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Southern Plaza Express International sleeper. This picture has to have been winter of 58/59, St. Louis Terminal. I almost got on this sleeper run, but not enough seniority. I lived Springfield, MO and worked out of St. Louis until lay off from Ryder buying into Southern.

Southern Plaza was made up of two companies. Southern and Reliable. That is the reason it was called Southern Plaza, the Reliable line. From the drivers I knew that worked for Reliable, they were from Springfield, MO. Fred Veregge Collection.

Here is an article that I think came out of TRANSPORT TOPICS and I see that it was dated March 1969. The pair didn't leave together as implied. Enlarge this picture and you can see the lettering, such as the D on the left extended to DIRECT and the C on the right COAST to COAST. The colors were very close to Mayflower with the yellow on the doors and maybe the letters.

DC didn't buy these tractors and only ran them until the weather got warm enough that air-conditioning was needed. These did not come with AC. One of the drivers complaints was that as co-driver, you set so high in your seat that you had to dress before you climbed out of the bunk, if you should be in town. You were exposed and as the driver, you felt like you could jerk the wheel and throw your partner out the window. Other complaints were the Greyhound mirrors. I could go on, but It wasn't very long before the GMC engineers stopped meeting the drivers and asking what they thought. Me and my co-driver Don Vanston (retired in Arkansas) got to make one trip before they were passed back to General Motors. I remember we got a lot of attention as we crossed America. Fred Veregge Collection

Here is a print of a water color of a D C truck done in 1968 just before they merged with TIME, and after they dropped the ONLY COAST TO COAST CARRIER. There were four of these prints done, and done up what looked like the four seasons. This is the only one that survived that I had. I gave the rest away by the time I left DC in 1971. There should be others out there and would be great if the rest of the collection could be found and displayed. The original prints were large, close to 28 by 9 inches.

Here is a very unusual pic of a set of WOLF WAGONS that worked both the city and the road. Both units had (322 cu in Chev. engine with six speed Allison auto. transmission and when hooked together pulled in unision. The idea was that yoou would load in one city for delivery in the next city without having to cross-dock the freight. (didn't work that way). The driver had an inside door leading to the freight compartment. The engine set in the middle and you could only check the radiator thru an inspection door in the freight box. Also, the only time you were on the road was when you crossed it. This was the spring of 1958 and before the year was up, POWELL BROS. TRUCK LINE sold out to TIME giving them direct authority between Tulsa OK and St. Louis, MO., also Memphis and KC MO.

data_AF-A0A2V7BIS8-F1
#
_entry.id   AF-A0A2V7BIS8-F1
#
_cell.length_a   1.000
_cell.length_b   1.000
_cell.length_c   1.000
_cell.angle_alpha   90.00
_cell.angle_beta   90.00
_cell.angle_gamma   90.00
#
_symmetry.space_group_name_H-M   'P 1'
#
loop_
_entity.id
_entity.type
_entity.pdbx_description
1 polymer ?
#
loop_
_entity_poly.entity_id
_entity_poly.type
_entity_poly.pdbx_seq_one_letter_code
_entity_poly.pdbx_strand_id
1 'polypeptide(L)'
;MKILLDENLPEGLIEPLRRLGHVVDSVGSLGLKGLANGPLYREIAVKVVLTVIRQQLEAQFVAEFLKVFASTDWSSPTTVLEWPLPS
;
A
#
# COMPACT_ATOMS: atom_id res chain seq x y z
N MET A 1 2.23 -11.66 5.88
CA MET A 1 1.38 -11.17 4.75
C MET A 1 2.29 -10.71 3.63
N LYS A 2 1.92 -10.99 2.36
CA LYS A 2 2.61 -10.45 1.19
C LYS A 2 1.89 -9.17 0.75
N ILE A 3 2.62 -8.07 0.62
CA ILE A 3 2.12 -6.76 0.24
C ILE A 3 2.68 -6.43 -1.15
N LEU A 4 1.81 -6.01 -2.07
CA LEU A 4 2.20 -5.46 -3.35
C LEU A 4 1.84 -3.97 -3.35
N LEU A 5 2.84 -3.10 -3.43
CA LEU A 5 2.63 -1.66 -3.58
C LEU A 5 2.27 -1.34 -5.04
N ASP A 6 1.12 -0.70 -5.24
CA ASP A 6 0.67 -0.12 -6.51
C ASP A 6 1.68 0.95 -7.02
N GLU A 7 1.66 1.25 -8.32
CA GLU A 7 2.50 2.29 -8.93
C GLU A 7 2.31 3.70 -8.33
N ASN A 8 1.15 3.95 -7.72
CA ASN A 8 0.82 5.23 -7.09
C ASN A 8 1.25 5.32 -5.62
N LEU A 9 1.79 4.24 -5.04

These wagons were hard to control, as back then they didn't know to put the lighter one on the back. I always remember this one old timer returning from Kansas City down OLD highway 13 using that saying, describing his experience. "The only time I was on the road was when I crossed it."

The designer and builder of the these was a man with the last name WOLF from Dallas Texas. He had sold (?) several units to East Texas Motor Freight. He also sold some to ARMOUR Packing Co. in KC to deliver their products. These at Armour had the appearance of a half cab and had a diesel mounted up front. Fred Veregge Collection

Here is a group of pic of Highway Post Office that I drove between Worthington, MN and Philip, SD while living in Sioux Falls, SD.

This first pic 1954 is of a Twin Coach Fagol parked next to a BECK bus made into a HPO. This was taken in Des Moines, IA where the main office was for this contractor that had most of Iowa and surrounding northern states.

The body of these Fageols were from Freuhauf trailers. Note the tell-tail front emblem and wings that Freuhauf was noted for in the 50s. The pancake gasoline engine of these early units lay on its side midway.